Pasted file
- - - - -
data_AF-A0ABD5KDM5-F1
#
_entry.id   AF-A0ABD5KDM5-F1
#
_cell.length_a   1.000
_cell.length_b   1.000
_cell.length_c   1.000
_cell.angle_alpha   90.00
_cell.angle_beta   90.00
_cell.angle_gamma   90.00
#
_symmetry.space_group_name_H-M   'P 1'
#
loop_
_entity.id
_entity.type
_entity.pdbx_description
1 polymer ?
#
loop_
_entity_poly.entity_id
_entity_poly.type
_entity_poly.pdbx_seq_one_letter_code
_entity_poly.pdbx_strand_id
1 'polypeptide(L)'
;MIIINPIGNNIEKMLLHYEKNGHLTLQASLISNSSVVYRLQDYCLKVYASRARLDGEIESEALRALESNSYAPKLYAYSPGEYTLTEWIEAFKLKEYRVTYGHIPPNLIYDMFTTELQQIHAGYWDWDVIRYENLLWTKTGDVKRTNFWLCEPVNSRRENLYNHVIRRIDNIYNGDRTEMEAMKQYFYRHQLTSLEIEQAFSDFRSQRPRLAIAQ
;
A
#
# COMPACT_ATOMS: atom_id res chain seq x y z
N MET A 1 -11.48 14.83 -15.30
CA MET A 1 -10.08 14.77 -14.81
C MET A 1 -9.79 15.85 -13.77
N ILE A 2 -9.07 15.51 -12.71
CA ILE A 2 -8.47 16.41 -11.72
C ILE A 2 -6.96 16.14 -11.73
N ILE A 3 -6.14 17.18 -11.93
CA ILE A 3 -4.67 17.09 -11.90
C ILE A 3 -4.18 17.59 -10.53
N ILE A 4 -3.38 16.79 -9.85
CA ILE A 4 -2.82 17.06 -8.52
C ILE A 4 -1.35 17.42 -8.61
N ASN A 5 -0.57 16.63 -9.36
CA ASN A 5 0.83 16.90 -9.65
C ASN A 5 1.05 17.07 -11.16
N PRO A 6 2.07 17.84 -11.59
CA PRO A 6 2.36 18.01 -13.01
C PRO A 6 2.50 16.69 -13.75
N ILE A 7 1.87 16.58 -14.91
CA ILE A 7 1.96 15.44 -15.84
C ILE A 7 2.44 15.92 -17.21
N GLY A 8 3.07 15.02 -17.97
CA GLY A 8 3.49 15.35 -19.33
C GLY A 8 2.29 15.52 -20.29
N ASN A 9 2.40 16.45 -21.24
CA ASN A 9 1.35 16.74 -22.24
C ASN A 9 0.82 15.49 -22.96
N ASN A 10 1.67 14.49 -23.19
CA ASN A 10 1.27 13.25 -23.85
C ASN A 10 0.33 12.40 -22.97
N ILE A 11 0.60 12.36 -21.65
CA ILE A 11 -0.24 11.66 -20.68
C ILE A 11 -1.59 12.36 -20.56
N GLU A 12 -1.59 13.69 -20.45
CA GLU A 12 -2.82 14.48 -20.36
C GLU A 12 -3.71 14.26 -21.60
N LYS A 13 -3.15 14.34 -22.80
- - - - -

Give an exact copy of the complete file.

data_AF-A0ABD5KDM5-F1
#
_entry.id   AF-A0ABD5KDM5-F1
#
_cell.length_a   1.000
_cell.length_b   1.000
_cell.length_c   1.000
_cell.angle_alpha   90.00
_cell.angle_beta   90.00
_cell.angle_gamma   90.00
#
_symmetry.space_group_name_H-M   'P 1'
#
loop_
_entity.id
_entity.type
_entity.pdbx_description
1 polymer ?
#
loop_
_entity_poly.entity_id
_entity_poly.type
_entity_poly.pdbx_seq_one_letter_code
_entity_poly.pdbx_strand_id
1 'polypeptide(L)'
;MIIINPIGNNIEKMLLHYEKNGHLTLQASLISNSSVVYRLQDYCLKVYASRARLDGEIESEALRALESNSYAPKLYAYSPGEYTLTEWIEAFKLKEYRVTYGHIPPNLIYDMFTTELQQIHAGYWDWDVIRYENLLWTKTGDVKRTNFWLCEPVNSRRENLYNHVIRRIDNIYNGDRTEMEAMKQYFYRHQLTSLEIEQAFSDFRSQRPRLAIAQ
;
A
#
# COMPACT_ATOMS: atom_id res chain seq x y z
N MET A 1 -11.48 14.83 -15.30
CA MET A 1 -10.08 14.77 -14.81
C MET A 1 -9.79 15.85 -13.77
N ILE A 2 -9.07 15.51 -12.71
CA ILE A 2 -8.47 16.41 -11.72
C ILE A 2 -6.96 16.14 -11.73
N ILE A 3 -6.14 17.18 -11.93
CA ILE A 3 -4.67 17.09 -11.90
C ILE A 3 -4.18 17.59 -10.53
N ILE A 4 -3.38 16.79 -9.85
CA ILE A 4 -2.82 17.06 -8.52
C ILE A 4 -1.35 17.42 -8.61
N ASN A 5 -0.57 16.63 -9.36
CA ASN A 5 0.83 16.90 -9.65
C ASN A 5 1.05 17.07 -11.16
N PRO A 6 2.07 17.84 -11.59
CA PRO A 6 2.36 18.01 -13.01
C PRO A 6 2.50 16.69 -13.75
N ILE A 7 1.87 16.58 -14.91
CA ILE A 7 1.96 15.44 -15.84
C ILE A 7 2.44 15.92 -17.21
N GLY A 8 3.07 15.02 -17.97
CA GLY A 8 3.49 15.35 -19.33
C GLY A 8 2.29 15.52 -20.29
N ASN A 9 2.40 16.45 -21.24
CA ASN A 9 1.35 16.74 -22.24
C ASN A 9 0.82 15.49 -22.96
N ASN A 10 1.67 14.49 -23.19
CA ASN A 10 1.27 13.25 -23.85
C ASN A 10 0.33 12.40 -22.97
N ILE A 11 0.60 12.36 -21.65
CA ILE A 11 -0.24 11.66 -20.68
C ILE A 11 -1.59 12.36 -20.56
N GLU A 12 -1.59 13.69 -20.45
CA GLU A 12 -2.82 14.48 -20.36
C GLU A 12 -3.71 14.26 -21.60
N LYS A 13 -3.15 14.34 -22.80